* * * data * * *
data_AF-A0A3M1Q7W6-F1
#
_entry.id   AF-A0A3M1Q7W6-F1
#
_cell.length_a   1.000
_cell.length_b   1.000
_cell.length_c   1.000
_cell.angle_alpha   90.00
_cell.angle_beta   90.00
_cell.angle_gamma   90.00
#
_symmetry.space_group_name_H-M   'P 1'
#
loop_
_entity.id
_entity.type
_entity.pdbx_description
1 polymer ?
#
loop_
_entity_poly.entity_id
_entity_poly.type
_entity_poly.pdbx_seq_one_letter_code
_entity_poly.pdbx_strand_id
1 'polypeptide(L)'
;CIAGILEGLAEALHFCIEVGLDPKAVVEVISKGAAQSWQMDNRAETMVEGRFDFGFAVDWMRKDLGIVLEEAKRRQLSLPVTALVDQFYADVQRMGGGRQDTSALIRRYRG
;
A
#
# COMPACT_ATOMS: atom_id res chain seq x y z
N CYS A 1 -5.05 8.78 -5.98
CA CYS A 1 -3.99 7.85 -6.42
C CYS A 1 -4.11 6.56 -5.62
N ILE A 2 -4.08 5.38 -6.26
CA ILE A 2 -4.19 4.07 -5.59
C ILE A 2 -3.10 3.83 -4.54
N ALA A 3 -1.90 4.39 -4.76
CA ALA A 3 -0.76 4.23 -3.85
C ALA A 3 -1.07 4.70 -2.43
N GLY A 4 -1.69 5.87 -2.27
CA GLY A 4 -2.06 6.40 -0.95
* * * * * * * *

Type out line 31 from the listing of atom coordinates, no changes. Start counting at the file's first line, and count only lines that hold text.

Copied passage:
N CYS A 1 -5.05 8.78 -5.98